Education, Mosquito Management Programs, and Cooperation Needed to Stop Zika, Dengue, and Chikungunya

2006
Prof. Frank Hadley Collins, Dir., Cntr. for Global Health and Infectious Diseases, Univ. of Notre Dame

This 2006 photograph depicted a female Aedes aegypti mosquito while she was in the process of acquiring a blood meal from her human host, who in this instance, was actually the biomedical photographer, James Gathany, here at the Centers for Disease Control.  The feeding apparatus consisting of a sharp, orange-colored “fascicle”, which while not feeding, is covered in a soft, pliant sheath called the "labellum”, which retracts as the sharp stylets contained within pierce the host's skin surface, as the insect obtains its blood meal. The orange color of the fascicle is due to the red color of the blood as it migrates up the thin, sharp translucent tube. Note the distended abdominal exoskeleton, which being translucent, allowed the color of the ingested blood meal to be visible.

DF and DHF are primarily diseases of tropical and sub-tropical areas, and the four different dengue serotypes (DEN-1, DEN-2, DEN-3, and DEN-4), are maintained in a cycle that involves humans and the Aedes mosquito. However, Aedes aegypti, a domestic, day-biting mosquito that prefers to feed on humans, is the most common Aedes species. Infections produce a spectrum of clinical illness ranging from a nonspecific viral syndrome to severe and fatal hemorrhagic disease. Important risk factors for DHF include the strain of the infecting virus, as well as the age, and especially the prior dengue infection history of the patient.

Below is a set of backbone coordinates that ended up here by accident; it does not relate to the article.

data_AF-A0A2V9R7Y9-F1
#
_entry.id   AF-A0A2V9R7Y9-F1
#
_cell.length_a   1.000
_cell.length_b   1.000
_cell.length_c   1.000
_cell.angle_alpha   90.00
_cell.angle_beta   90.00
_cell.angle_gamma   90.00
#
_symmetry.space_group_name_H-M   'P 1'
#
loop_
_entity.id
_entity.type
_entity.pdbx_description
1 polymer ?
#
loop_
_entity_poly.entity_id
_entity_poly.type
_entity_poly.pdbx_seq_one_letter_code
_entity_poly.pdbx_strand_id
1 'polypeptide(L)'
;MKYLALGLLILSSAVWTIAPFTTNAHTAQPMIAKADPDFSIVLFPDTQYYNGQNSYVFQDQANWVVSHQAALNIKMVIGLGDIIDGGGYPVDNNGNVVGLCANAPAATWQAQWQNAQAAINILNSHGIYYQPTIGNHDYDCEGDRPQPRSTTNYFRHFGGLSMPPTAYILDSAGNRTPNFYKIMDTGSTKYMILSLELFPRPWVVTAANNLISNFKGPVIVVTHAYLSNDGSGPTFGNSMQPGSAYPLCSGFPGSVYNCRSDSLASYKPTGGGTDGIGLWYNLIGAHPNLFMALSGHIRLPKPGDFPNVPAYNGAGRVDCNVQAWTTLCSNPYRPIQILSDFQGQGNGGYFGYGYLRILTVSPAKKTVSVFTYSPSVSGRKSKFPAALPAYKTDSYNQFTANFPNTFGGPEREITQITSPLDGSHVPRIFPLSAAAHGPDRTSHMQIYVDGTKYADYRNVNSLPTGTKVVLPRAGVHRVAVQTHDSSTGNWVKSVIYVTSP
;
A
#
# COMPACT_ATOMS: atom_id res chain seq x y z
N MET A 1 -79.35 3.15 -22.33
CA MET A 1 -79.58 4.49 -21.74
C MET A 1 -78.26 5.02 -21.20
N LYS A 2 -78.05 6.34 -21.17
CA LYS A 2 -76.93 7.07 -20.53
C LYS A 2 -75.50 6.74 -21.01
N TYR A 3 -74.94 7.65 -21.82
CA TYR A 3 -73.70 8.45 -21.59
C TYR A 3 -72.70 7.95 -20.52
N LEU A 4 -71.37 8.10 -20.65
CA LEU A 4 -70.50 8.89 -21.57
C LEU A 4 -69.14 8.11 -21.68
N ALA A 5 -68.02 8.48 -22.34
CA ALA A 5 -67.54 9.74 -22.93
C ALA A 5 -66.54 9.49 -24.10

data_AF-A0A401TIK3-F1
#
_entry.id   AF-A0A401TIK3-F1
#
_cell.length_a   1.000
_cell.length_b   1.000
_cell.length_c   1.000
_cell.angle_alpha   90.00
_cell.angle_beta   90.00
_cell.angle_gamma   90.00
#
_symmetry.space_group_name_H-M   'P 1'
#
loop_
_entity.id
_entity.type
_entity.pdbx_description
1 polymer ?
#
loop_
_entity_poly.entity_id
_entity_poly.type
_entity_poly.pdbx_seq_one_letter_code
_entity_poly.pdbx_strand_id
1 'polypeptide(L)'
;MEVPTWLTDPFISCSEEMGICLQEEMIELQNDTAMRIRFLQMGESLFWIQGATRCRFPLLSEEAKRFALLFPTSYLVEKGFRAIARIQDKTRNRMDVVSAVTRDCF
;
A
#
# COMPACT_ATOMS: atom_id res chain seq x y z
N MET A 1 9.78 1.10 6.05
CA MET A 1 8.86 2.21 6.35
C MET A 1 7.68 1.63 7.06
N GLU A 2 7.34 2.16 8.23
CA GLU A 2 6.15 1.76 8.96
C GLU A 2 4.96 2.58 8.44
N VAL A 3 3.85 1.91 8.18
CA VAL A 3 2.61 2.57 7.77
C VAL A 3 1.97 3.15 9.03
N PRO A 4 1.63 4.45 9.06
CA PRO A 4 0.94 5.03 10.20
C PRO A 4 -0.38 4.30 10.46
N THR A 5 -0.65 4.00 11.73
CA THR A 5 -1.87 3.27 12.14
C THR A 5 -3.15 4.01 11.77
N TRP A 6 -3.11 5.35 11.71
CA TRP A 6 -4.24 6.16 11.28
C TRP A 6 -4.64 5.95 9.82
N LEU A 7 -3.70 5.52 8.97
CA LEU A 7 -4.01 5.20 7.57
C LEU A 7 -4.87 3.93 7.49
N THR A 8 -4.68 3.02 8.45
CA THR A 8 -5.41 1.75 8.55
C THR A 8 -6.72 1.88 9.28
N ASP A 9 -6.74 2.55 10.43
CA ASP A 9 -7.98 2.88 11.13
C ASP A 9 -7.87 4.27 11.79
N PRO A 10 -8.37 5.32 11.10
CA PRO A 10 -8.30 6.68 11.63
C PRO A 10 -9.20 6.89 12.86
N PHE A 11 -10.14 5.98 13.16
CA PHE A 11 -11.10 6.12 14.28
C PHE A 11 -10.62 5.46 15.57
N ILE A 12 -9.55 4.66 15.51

The Entomological Society of America (ESA) and Sociedade Entomológica do Brasil (SEB) held a Summit in Maceió, Alagoas, Brazil on 13 March, 2016 to discuss the Aedes aegypti mosquito, which is the primary transmitter of Zika, dengue, chikungunya, and yellow fever. While the Summit featured talks on many aspects of mosquito biology, behavior, and control, […]

Entomologists Talk About Their Favorite Insects and Why Collections Are Important

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Our planet is teeming with multitudes of fascinating insects and there’s simply no time to study them all! Having a favorite one (for whatever reason) often helps narrow the choice down. In the following video, which was shot at the 2015 meetings of the Entomological Collections Network (ECN) and the Entomological Society of America, Derek […]

Entomologists Talk About Twitter at Entomology 2015

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By Derek Woller Twitter — some love it and some are indifferent, but I think we can all agree that it’s rapidly changing how people communicate with one another on a global scale, particularly when it comes to science. In this video, I challenge three of the most prolific entomological tweeters in North America — […]

Entomological Society of America Issues Statement on Tick-borne Diseases

2008
Dr. Christopher Paddock

This photograph depicts a dorsal view of a female Rocky Mountain wood tick, Dermacentor andersoni. This tick specie is a know North American vector of Rickettsia rickettsii, which is the etiologic agent of Rocky Mountain spotted fever.Dermacentor andersoni is found in the Rocky Mountain states and in southwestern Canada. The life cycle of this tick may require up to 2 to 3 years for completion. Adult wood ticks feed primarily on large mammals, while the larvae and nymphs feed on small rodents. See PHIL 10869, for a side-by-side comparative view of both a male and female D. andersoni tick.